Election Markets – Now What?

So it looks like Biden is on the cusp of taking the White House. And clearly the Republicans are retaining control of the Senate, and the Democrats holding onto the House. What does this all mean for you and your money? So this election has clearly increased pre-existing divisions. Most recently, the hurried installation of a Supreme Court justice added to that divisive atmosphere that's going on. The split government with the Republican Senate and the Democratic House and presidency pretty much means it'll be very difficult to get anything done in either direction. And with everything that's going on with the extremely severe recession for many sectors of the economy, COVID - some of the bigger challenges facing both the country, the planet - it's going to be very hard to get the things done that need to be done. And many of these things need to be "do...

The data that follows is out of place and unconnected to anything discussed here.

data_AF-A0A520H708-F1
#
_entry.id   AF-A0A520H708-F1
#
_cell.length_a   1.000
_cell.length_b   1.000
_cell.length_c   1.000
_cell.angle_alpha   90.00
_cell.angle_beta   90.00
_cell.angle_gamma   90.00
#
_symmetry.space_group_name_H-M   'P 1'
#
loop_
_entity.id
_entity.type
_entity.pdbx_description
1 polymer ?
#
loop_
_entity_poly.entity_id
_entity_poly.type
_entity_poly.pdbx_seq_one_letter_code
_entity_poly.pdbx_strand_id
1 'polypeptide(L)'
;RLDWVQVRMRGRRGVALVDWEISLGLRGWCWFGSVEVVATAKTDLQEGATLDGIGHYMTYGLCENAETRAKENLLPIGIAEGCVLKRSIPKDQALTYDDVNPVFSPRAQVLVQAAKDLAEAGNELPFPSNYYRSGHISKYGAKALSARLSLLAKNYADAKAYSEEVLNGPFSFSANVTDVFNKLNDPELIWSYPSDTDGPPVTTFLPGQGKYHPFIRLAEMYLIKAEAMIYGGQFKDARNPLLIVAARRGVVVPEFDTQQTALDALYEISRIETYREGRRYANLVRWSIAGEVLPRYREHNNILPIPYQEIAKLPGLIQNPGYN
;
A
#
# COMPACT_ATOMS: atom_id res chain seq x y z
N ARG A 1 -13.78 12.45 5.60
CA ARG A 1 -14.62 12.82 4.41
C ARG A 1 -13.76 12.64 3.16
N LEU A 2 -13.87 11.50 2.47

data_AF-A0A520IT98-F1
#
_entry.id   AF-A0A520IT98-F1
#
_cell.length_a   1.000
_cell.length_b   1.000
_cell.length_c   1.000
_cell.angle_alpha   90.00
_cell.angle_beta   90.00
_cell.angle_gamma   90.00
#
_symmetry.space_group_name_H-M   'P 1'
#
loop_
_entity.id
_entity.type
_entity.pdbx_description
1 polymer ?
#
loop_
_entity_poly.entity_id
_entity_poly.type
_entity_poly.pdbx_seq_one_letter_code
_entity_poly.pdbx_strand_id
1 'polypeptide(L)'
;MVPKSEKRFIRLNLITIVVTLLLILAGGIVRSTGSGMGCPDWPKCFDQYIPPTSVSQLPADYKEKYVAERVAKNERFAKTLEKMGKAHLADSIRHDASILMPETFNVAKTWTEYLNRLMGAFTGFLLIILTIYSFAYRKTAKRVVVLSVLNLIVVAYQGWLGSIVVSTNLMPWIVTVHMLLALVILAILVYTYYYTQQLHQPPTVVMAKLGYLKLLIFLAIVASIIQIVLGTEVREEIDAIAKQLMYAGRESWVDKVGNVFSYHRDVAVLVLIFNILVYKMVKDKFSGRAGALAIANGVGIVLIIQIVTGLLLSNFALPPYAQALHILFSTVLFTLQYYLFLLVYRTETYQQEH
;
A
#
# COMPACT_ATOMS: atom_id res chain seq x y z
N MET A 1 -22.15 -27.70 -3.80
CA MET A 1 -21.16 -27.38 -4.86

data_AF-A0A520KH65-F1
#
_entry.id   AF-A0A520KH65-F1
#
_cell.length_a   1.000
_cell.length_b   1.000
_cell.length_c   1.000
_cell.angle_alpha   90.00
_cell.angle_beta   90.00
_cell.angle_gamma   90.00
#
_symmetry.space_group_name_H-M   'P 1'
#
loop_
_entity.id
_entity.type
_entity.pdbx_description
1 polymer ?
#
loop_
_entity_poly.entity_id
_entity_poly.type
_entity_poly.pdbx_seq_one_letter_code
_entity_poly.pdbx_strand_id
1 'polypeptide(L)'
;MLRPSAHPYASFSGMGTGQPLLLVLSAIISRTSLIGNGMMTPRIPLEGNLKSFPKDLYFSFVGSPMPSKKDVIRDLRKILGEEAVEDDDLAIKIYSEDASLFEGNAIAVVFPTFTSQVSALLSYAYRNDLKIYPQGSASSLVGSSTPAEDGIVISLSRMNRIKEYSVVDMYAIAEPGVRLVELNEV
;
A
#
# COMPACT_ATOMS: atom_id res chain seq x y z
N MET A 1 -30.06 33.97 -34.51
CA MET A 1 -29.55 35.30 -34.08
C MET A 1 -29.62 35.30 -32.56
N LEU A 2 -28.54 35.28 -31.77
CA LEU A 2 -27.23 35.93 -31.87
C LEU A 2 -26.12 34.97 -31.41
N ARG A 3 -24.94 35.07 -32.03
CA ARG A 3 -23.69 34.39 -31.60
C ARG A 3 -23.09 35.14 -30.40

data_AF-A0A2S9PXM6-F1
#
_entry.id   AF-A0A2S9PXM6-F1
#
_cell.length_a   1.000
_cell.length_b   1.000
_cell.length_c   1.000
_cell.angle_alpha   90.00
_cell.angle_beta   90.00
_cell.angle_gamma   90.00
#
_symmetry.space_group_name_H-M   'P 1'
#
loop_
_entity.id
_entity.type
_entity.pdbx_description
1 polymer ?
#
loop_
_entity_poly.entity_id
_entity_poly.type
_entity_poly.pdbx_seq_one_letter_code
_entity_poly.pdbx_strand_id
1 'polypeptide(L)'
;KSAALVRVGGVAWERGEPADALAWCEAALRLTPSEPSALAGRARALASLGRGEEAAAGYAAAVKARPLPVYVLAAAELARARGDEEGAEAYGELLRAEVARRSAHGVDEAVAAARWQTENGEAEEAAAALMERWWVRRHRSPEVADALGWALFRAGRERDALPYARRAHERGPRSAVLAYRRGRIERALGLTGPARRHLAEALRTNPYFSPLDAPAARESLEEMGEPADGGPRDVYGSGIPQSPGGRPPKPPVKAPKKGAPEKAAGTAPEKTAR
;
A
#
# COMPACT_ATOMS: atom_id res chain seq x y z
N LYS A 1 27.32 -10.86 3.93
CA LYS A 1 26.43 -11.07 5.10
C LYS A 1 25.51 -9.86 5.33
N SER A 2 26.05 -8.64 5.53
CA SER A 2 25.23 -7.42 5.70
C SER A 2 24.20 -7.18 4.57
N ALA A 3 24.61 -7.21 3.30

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The Value Trap

Last week Dimensional released a report that showed an unprecedented negative outcome for value investing over the last few years. What is going on and how can we benefit from this information? So from July, 2010 to 2017 Value outperformed its historic performance by about one and a half percent, which is nice until we discover the Growth outperformed Value in the same period by 7.6%. That's a lot annualized over such a long period. In the last three years, Growth continued yet Value had an average annualized return of -3.3%. This has resulted in annualized spread of over -21%. That's pretty much unprecedented. We know the Value and Growth sort of do the seesaw thing, but right now we see this Growth's up here, Value's down there. Now for those of us who are diversified, who are disciplined, who've had a Value bias since basically the beginning of this...
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6 Steps to Protecting Your Wealth During Divorce